The Highland Line west of the station is quite different from the east side of town.  A long siding services three major industries: The Russell & Erwin and P&F Corbin (Corbin Screw) divisions of the American Hardware Corporation; Fafnir Bearings; and Stanley Works. This siding also connnects New Britain Yard with a small yard on the north side of Myrtle Street called Farm Yard.
There are five grade crossings west of the station:
  • Main St. (0.10 mile)
  • Washington St.
  • High St. (0.32 mile)
  • Myrtle St. (0.43 mile)
  • Curtis St. (0.74 mile)

Farm Yard

This small, stub-ended yard is situated on the north side of Myrtle Street. I now have an official New Haven Railroad map that includes this yard, and it is labeled "Farm Yard." I originally thought it was for the Fafnir Bearing Company but it is on railroad property. 

Sidings are numbered, yard tracks are not.

Yard Tracks - from north to south:

  • 1243' - Fafnir Bearing leads to: 208' - Fafnir Bearing
  • 598' - Fafnir Bearing Coal Trestle
  • 438'
  • 436'
  • 926'
  • 542'
  • 464'
  • 570'
  • 628'
  • ??? - Fafnir Bearing Butane Tanks

Industry Sidings

  • 5B - 858' - Stanley Works
  • 7B - ??? - Stanley Works
  • 7C - 355' - Russell & Erwin Coal Trestle
  • 7D - 611.4' - Russell & Erwin
  • 7E - 420.5' - Russel & Erwin
  • 9B - 612' - Stanley Works
  • 9C - 199' - Russell & Erwin Coal Trestle
  • 9D - 352' - Russell & Erwin
West of the Stanley Works are several other industries serviced by rail. I don't have significant information for these as they were always planned to be off-layout:
  • Ayrette's Auto Arcade
  • Connecticut Light & Power
  • Elias Glass Company
  • Sovereign Trading Company Coal
  • Tuttle & Bailey
  • Universal Coal Company

Main Street

The first crossing west of the station, Main Street is naturally a busy avenue. Only a few businesses changed between the 1948-1954 timeframe, so it was a stable area as well. None of these businesses receive direct shipments from the railroad. However, many of those north of the railroad crossing will appear on the layout.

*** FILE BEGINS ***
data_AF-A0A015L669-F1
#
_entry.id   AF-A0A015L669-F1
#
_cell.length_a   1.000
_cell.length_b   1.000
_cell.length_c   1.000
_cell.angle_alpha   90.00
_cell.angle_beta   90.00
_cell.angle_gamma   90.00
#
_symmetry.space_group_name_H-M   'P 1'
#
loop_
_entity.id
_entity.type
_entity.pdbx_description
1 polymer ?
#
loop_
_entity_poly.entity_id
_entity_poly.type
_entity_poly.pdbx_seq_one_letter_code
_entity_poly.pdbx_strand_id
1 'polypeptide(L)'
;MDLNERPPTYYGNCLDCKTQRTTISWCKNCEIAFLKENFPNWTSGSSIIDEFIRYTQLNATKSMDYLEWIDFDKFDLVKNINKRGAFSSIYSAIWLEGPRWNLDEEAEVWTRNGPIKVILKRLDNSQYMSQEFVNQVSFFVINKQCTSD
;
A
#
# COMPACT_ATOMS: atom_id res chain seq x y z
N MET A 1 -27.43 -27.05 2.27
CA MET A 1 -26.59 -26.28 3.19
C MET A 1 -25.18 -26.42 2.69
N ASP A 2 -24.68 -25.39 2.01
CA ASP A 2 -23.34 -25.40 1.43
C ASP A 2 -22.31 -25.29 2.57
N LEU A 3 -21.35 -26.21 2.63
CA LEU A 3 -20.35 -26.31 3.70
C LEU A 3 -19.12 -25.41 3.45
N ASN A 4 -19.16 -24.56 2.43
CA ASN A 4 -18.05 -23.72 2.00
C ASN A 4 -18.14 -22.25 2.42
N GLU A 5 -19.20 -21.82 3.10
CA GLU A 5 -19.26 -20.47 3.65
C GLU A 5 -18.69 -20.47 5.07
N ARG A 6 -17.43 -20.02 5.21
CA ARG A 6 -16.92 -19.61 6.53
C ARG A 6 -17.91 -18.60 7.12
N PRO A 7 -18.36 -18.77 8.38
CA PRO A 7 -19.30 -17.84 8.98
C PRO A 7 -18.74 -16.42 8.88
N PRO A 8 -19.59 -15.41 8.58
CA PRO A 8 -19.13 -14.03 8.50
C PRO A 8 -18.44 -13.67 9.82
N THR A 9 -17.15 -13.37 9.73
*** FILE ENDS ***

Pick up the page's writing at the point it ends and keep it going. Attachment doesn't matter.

West Side (south to north)

308. United Building (there were several businesses here, I don't have the list yet).
310. Bond Cut Rate (cosmetics)
.....P Kolb News Delivery

New Haven Railroad Crossing

316. Embassy Diner
318. P&Q Shops (clothing)
324. Stanley Shoes
326. Frederic's (millinery)
328. Lane's Inc. (clothing)
330. (not listed)
332. Allen's Cut Rate Perfumers
334. Allen's Cut Rate Liquor Store
336. Jones Jewelers
340. Moss Shop Clothing

East Side (south to north)

New Haven Railroad Crossing

315. National Peanut Corp. (address and business only listed in 1954)
317. Norwood Clothes
321. Union Hall
.....-The Pen Shop (no number)
.....(1) I.M. and E.H. Rosenblatt (insuarance)
.....(2) Musician's Association Local #440 AF of M
.....(3) Idle Hour Beauty Salon (1949-1954)
.....(4) Marie's Beauty Shop
.....(5) Vacant
323. Hunter's Restaurant
325. Leland Building
.....F.J. Cecere and R.J. Holst (real estate)(no number)